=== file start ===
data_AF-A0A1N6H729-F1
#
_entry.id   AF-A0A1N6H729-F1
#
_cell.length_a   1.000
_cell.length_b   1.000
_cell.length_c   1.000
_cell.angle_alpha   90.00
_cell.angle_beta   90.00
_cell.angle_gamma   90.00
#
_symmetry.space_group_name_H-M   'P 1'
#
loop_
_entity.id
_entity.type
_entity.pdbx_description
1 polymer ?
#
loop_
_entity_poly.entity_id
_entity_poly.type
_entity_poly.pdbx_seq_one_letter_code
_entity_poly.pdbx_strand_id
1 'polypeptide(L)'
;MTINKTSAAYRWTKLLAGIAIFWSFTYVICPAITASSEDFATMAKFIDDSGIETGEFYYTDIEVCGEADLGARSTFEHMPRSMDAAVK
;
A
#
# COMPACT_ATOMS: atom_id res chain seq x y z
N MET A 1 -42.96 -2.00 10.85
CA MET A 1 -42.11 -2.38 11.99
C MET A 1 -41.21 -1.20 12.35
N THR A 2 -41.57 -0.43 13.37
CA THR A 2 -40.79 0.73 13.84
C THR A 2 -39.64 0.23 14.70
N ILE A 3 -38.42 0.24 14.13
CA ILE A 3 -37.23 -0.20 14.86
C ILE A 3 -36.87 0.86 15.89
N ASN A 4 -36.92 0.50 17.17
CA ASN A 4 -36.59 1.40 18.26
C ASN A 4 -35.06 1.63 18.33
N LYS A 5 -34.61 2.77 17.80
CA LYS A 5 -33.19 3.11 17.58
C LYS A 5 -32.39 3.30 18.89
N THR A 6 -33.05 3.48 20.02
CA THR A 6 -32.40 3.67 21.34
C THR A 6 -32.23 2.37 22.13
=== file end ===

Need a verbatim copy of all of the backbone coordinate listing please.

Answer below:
data_AF-A0A1N6H729-F1
#
_entry.id   AF-A0A1N6H729-F1
#
_cell.length_a   1.000
_cell.length_b   1.000
_cell.length_c   1.000
_cell.angle_alpha   90.00
_cell.angle_beta   90.00
_cell.angle_gamma   90.00
#
_symmetry.space_group_name_H-M   'P 1'
#
loop_
_entity.id
_entity.type
_entity.pdbx_description
1 polymer ?
#
loop_
_entity_poly.entity_id
_entity_poly.type
_entity_poly.pdbx_seq_one_letter_code
_entity_poly.pdbx_strand_id
1 'polypeptide(L)'
;MTINKTSAAYRWTKLLAGIAIFWSFTYVICPAITASSEDFATMAKFIDDSGIETGEFYYTDIEVCGEADLGARSTFEHMPRSMDAAVK
;
A
#
# COMPACT_ATOMS: atom_id res chain seq x y z
N MET A 1 -42.96 -2.00 10.85
CA MET A 1 -42.11 -2.38 11.99
C MET A 1 -41.21 -1.20 12.35
N THR A 2 -41.57 -0.43 13.37
CA THR A 2 -40.79 0.73 13.84
C THR A 2 -39.64 0.23 14.70
N ILE A 3 -38.42 0.24 14.13
CA ILE A 3 -37.23 -0.20 14.86
C ILE A 3 -36.87 0.86 15.89
N ASN A 4 -36.92 0.50 17.17
CA ASN A 4 -36.59 1.40 18.26
C ASN A 4 -35.06 1.63 18.33
N LYS A 5 -34.61 2.77 17.80
CA LYS A 5 -33.19 3.11 17.58
C LYS A 5 -32.39 3.30 18.89
N THR A 6 -33.05 3.48 20.02
CA THR A 6 -32.40 3.67 21.34
C THR A 6 -32.23 2.37 22.13